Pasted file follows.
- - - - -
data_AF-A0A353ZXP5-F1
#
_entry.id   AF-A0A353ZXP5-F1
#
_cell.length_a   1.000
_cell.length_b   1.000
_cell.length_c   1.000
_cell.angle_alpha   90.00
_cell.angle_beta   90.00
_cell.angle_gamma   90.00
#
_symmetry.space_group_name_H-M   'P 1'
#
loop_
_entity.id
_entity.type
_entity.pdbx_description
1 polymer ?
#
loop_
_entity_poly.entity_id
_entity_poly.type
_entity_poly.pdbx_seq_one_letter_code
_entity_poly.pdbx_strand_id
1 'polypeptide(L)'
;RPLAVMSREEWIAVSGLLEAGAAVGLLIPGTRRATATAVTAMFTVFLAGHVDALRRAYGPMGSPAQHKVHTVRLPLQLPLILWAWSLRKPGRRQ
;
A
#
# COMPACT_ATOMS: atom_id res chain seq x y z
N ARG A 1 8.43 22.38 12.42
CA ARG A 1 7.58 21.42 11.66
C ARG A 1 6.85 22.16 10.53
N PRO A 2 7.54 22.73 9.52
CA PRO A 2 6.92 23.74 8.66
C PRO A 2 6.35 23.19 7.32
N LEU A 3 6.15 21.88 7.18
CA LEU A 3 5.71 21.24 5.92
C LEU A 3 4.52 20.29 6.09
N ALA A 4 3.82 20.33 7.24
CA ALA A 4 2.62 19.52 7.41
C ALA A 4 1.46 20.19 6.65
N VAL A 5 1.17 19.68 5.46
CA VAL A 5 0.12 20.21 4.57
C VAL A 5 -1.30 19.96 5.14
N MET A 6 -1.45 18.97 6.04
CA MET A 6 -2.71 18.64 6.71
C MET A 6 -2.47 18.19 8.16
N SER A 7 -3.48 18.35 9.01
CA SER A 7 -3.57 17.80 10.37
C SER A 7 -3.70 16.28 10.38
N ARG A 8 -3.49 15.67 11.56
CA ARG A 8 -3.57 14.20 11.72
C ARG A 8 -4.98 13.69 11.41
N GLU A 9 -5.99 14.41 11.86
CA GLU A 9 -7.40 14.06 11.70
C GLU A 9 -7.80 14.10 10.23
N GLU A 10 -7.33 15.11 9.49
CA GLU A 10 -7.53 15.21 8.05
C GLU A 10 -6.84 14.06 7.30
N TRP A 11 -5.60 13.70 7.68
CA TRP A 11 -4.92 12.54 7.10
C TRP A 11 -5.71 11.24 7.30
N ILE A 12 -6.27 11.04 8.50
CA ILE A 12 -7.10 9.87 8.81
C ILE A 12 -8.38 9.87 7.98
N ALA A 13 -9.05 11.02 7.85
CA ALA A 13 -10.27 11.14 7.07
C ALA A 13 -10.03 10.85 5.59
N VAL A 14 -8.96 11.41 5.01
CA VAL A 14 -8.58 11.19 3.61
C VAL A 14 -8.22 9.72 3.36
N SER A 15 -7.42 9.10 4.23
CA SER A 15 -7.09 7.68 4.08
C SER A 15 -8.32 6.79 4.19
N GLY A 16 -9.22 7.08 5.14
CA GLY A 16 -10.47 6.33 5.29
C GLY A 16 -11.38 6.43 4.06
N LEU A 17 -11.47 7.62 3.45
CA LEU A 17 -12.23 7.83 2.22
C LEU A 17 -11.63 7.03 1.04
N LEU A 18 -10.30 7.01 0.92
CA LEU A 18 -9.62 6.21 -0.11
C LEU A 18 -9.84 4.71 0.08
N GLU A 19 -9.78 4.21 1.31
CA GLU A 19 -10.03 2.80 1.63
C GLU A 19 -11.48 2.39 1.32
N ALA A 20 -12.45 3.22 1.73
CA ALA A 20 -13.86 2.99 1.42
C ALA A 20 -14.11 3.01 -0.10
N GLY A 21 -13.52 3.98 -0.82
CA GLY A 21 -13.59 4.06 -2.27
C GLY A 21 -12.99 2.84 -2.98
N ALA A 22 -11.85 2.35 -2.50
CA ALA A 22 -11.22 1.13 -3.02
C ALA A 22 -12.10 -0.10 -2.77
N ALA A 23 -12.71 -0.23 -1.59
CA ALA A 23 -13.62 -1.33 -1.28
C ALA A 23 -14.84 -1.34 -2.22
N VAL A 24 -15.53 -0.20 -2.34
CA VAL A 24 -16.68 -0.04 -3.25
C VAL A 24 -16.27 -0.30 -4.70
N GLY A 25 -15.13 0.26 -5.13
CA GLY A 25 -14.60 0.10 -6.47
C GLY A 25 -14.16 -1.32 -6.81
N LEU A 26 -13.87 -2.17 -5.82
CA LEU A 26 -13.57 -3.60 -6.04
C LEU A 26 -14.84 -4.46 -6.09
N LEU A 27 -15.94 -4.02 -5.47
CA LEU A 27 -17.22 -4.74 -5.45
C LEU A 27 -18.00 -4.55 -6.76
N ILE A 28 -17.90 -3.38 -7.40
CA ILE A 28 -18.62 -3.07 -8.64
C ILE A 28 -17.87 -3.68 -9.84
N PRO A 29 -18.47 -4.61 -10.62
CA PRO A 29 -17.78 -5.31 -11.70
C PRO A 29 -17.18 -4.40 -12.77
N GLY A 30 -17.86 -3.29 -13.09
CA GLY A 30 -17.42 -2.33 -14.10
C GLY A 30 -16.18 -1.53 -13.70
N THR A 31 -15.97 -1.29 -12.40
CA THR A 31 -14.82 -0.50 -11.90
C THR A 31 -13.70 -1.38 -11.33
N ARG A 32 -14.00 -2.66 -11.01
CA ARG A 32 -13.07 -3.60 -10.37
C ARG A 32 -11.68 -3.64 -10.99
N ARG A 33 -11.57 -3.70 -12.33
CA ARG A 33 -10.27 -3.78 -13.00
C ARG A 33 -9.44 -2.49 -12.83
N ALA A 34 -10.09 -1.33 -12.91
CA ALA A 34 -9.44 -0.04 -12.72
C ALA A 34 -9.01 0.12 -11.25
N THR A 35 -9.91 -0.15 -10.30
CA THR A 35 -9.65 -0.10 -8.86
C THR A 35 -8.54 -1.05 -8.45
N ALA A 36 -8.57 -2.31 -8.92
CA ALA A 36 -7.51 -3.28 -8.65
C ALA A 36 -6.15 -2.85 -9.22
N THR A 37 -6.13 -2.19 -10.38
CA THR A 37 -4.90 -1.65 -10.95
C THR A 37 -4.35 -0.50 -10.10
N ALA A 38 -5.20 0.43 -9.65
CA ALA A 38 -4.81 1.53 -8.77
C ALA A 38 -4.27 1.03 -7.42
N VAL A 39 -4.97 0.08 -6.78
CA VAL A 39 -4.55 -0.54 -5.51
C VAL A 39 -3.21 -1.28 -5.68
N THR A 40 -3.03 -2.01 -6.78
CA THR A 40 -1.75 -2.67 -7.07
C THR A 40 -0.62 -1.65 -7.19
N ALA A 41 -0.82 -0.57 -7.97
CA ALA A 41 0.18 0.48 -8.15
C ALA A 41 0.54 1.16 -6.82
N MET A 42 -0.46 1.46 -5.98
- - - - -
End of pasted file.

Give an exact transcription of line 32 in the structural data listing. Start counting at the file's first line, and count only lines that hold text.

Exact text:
CA ARG A 1 7.58 21.42 11.66